“I have an idea,” one lanky, jovial Mosaic Scholar began as he walked into the circle formed by his fellow Scholars on Saturday morning.
After telling drummer Peter Tashjian what kind of beat he wanted, all of the Scholars played along, trying the same seven-note sequence in an entirely new way.
Not long after, another Scholar stood and suggested a different, jazzier feel for the music, something akin to Bernstein’s West Side Story, with unusual intervals and jagged beats – at once compelling and interesting. The musical backbone of the original composition the Scholars would create was beginning to take shape.
Large-group and small-group workshops gave scholars the chance to try those new compositional elements: rhythmic sequences inspired by cadences of Dr. King’s “I Have a Dream” speech, lyrics inspired by a free-write association with the word, “dream,” and melodies inspired by Ella Fitzgerald’s extensive jazz catalogue.
With this synthesis of social justice themes and free-form musical possibilities, the Mosaic Scholars were encouraged to take risks, both individually and corporately, toward the shared endeavor of music-making.
Speaking to Johns Hopkin’s The Hub in 2013, Warne explained that she’s learned to trust the process of facilitating students’ creativity.
“I think that kids are super empowered by it because the whole process is saying ‘yes’ all the time, and any idea goes. Why not go for something that maybe some other teacher might say was impossible or that you’ve never really been given the opportunity to try before?”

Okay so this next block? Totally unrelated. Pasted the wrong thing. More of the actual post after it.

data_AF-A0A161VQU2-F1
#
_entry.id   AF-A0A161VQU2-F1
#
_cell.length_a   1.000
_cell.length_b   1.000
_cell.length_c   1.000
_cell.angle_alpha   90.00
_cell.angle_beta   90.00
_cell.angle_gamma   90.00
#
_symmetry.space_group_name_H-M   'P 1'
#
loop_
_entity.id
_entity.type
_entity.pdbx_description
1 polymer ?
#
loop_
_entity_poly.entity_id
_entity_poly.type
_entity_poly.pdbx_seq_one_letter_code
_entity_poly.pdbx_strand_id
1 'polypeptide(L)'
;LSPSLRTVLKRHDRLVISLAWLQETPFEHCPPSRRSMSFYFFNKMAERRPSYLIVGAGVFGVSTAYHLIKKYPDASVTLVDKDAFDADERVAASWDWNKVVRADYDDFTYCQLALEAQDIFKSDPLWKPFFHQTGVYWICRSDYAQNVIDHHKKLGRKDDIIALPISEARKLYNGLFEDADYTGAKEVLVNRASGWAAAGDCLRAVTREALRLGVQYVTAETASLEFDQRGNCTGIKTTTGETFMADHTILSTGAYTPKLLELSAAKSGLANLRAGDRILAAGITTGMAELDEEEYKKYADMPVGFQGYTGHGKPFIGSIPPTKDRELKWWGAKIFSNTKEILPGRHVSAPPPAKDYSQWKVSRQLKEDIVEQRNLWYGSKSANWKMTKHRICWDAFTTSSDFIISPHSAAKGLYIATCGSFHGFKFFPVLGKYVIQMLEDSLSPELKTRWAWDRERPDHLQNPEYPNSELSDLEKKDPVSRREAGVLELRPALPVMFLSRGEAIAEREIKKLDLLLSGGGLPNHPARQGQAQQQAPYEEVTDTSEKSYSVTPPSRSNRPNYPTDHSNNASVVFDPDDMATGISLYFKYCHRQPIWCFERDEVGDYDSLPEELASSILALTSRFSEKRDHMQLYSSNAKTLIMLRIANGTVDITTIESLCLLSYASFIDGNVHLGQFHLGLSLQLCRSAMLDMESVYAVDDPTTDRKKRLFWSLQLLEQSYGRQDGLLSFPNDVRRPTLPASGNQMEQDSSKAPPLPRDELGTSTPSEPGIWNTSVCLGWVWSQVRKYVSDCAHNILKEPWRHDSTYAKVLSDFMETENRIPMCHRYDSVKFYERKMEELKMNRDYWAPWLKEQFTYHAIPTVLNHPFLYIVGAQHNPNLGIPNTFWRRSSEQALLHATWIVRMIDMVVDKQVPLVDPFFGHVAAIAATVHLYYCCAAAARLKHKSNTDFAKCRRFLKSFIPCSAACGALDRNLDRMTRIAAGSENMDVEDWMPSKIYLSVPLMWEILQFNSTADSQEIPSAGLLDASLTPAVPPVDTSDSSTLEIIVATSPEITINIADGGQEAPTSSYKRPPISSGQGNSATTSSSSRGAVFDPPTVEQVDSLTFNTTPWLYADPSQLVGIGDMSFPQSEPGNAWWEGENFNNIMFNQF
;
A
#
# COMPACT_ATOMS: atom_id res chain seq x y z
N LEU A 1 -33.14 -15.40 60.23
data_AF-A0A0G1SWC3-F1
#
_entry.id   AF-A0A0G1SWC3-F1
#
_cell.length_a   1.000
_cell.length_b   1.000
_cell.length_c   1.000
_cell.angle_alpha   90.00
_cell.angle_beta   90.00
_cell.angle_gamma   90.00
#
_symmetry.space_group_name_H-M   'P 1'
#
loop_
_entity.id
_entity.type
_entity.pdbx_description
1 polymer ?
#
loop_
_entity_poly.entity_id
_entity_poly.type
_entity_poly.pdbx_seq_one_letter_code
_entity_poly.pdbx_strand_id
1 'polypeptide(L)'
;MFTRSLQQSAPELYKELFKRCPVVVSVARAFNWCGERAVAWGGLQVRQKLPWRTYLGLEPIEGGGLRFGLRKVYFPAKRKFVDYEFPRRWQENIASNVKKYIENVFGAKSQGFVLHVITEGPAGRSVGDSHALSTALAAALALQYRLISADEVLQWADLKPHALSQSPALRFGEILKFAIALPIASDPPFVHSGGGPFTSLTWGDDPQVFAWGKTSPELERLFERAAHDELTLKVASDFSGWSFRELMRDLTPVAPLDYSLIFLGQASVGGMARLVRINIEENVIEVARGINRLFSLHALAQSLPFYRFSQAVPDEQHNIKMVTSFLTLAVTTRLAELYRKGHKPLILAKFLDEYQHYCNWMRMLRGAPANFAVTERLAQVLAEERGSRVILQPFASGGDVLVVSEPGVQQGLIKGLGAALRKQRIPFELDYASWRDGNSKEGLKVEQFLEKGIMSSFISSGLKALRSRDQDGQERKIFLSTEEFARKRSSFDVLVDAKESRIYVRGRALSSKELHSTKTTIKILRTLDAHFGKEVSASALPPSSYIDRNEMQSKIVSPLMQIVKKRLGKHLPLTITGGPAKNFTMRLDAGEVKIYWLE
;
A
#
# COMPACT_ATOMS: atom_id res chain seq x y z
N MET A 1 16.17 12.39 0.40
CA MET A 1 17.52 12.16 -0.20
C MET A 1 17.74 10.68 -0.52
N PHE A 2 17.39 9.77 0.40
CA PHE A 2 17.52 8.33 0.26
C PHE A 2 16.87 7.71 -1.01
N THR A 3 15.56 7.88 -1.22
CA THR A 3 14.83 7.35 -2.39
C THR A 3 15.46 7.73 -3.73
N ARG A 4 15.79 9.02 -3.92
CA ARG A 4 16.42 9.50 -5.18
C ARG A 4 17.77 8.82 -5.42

Such an opportunity is rare.
In May, the Mosaic Scholars also will perform at their free recital at 2 p.m. Saturday, May 12 in DeVos Recital Hall. There they will perform solo pieces they have been perfecting in their lessons by familiar classical composers.
All symphonic music, like team sports, is collaborative by nature. Still, those enterprises, particularly at the middle and high school levels, ask students to collaborate on something that’s already been created. How often does the high school football coach ask his cadre of players to design and then practice entirely new plays for the upcoming football game?
“Let’s look at Belichick’s latest Super Bowl footage, young men, and then, in small groups, you can riff off those plays and brainstorm five original plays we’ll use next week in the playoffs.”
How often does the band or symphonic director invite her students to fashion new melodies and rhythms for the upcoming concert?
“Now, after listening to Beethoven’s Fifth, go ahead and create your own opening sequence that is exhilarating and cinematic to be performed at our next concert.”
It’s likely, such phrases have rarely, if ever, been uttered.
Perhaps it’s an approach that high school music and athletics should take. To watch the Mosaic Scholars as they came to trust each other, forming, as one Scholar put it, “a musical family,” was remarkable; a creative enterprise with long-lasting impact.
Written by Jenn Collard, Public Relations Intern